We were first introduced to Tamron’s new high-end SP stabilized prime lenses last year with the 35mm F/1.8 and the 45mm F/1.8. Now, Tamron is expanding that line to include a new SP 85mm F/1.8 portrait lens and a SP 90mm F/2.8 macro lens.
We’ll start with the SP 85mm F/1.8 Di VC USD, which has a total of 13 elements in 9 different groups. It’s part of Tamron’s high-end SP series, so it looks a lot like the 35mm and 45mm SP lenses on the outside in terms of branding and finish. Inside, it uses LD and XLD lens elements, which it claims help it keep up with the newish wave of high-megapixel DSLRs. It also uses Tamron’s most advanced coatings to maximize light transmission and combat reflections.
The built-in Vibration Compensation promises up to 3.5-stops of shake reduction, while the Fluorine Coating and moisture-resistant design help keep it safe from the elements.
Ultimately, it seems like it’s pretty much exactly what you would expect if you were going to extrapolate the SP line up to 85mm. This focal length actually seems like a very smart move for them at the moment because Sigma currently doesn’t make an 85mm lens in their Art series (though, the older 85mm F/1.4 is still very good).
One thing that’s noticeable is that the close-focusing performance on the 85mm isn’t quite as pronounced as it is on the wide angle lens, and that’s presumably because of the existence of their other new lens.
The SP 90mm F/2.8 Di VC USD is a true 1:1 macro lens at a classic focal length for close-up photography. Tamron has been in the 90mm macro game for quite some time and now it’s using LD and XLD glass to help things stay current. Tamron has reportedly paid close attention to the aesthetic of the blur, which is pretty crucial when shooting macro.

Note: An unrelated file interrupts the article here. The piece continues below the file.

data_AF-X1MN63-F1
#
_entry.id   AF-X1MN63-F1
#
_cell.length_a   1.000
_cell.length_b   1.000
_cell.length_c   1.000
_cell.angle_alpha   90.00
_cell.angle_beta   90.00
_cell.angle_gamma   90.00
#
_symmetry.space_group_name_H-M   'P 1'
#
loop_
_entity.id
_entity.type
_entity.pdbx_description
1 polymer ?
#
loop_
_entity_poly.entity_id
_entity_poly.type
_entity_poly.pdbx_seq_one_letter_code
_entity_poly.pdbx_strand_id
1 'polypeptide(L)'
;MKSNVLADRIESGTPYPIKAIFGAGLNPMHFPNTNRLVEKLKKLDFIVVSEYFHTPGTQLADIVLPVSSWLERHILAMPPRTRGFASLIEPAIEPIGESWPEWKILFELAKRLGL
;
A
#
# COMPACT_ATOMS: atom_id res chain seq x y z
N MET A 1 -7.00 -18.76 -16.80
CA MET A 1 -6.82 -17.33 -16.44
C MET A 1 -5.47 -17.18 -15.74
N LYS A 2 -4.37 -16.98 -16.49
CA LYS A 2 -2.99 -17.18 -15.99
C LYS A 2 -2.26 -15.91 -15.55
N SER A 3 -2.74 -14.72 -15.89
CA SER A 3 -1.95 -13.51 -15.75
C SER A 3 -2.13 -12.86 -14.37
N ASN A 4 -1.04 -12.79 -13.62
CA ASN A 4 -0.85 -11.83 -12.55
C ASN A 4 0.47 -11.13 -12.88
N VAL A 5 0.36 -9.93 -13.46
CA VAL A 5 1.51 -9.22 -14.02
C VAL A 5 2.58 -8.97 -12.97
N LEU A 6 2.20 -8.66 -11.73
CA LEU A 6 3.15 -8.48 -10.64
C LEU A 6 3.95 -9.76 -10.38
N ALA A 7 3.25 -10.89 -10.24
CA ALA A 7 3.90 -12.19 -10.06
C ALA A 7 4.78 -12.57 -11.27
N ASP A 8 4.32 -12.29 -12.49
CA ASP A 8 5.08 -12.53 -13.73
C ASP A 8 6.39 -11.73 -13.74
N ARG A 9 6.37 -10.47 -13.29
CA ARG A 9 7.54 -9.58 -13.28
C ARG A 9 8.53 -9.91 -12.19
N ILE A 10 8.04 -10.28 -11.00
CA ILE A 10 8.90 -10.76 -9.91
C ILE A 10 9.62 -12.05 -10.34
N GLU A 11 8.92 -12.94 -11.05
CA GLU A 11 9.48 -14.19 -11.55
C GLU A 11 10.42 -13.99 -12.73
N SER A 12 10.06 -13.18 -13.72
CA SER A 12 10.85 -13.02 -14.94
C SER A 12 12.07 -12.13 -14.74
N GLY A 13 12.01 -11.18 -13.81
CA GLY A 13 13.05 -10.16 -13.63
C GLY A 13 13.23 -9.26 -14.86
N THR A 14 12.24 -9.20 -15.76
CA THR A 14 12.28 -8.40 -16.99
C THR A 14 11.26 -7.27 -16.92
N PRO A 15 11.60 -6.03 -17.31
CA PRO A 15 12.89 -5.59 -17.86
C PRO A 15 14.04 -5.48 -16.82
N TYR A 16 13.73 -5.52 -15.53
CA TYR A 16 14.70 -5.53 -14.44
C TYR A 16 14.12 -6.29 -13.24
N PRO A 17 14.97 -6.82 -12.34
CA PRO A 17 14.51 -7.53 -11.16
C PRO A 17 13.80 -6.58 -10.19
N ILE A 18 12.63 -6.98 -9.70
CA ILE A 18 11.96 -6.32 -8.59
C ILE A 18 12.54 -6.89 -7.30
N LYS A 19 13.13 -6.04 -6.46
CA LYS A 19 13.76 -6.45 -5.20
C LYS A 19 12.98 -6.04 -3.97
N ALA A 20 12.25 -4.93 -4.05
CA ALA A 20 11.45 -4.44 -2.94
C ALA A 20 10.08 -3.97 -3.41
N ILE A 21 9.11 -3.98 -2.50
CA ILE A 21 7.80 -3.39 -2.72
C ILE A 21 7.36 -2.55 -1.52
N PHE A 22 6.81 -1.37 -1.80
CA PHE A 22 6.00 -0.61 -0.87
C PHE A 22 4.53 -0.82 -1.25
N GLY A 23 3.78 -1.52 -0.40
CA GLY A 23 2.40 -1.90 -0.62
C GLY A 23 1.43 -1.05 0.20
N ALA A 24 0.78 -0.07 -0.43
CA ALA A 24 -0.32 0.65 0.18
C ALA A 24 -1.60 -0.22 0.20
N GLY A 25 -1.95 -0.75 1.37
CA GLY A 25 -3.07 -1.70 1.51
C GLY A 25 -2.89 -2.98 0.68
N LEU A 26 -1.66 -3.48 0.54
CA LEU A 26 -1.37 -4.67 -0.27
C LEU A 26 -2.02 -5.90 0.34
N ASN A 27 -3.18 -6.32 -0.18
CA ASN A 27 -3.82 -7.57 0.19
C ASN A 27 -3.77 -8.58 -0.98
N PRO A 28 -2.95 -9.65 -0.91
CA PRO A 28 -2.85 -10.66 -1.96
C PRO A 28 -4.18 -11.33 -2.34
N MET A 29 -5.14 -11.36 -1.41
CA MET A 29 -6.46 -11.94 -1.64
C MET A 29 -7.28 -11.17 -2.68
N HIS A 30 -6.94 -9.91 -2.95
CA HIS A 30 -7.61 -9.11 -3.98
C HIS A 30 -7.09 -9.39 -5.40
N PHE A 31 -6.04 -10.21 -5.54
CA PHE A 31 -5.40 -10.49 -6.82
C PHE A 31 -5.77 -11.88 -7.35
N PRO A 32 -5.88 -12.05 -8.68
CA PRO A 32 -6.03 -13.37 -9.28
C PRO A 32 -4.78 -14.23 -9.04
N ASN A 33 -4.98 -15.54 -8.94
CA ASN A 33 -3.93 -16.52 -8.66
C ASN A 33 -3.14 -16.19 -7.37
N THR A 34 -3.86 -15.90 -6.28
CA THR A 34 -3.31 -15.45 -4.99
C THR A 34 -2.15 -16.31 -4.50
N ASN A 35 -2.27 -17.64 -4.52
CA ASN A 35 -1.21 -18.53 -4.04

Tamron beefed up the Vibration Compensation for the Macro lens, using both an accelerometer and a gyro sensor to help try and keep things sharp. Like the 85mm F/1.8, it also gets the weather-sealed construction, the fluorine protective coatings, and the anti-reflective tech.
The focusing system has also gotten some tweaking, including full-time manual override, which is very handy when shooting close up, and a new focus limiter to cut down on time spent hunting all over the place for the proper focusing distance. And while the 85mm cuts out at F/16 in terms of small apertures, the 90mm Macro goes all the way to F/32, which can come in hand when you need to maximize depth of field.
The original SP lenses were very impressive and extremely reasonably priced, so hopefully that trend continues here into the longer focal lengths. There’s no pricing information just yet for the 85mm lens, but the 90mm Macro will check in at $649. The lenses will be available for Canon and Nikon, with the Sony A-Mount versions coming down the pipe later.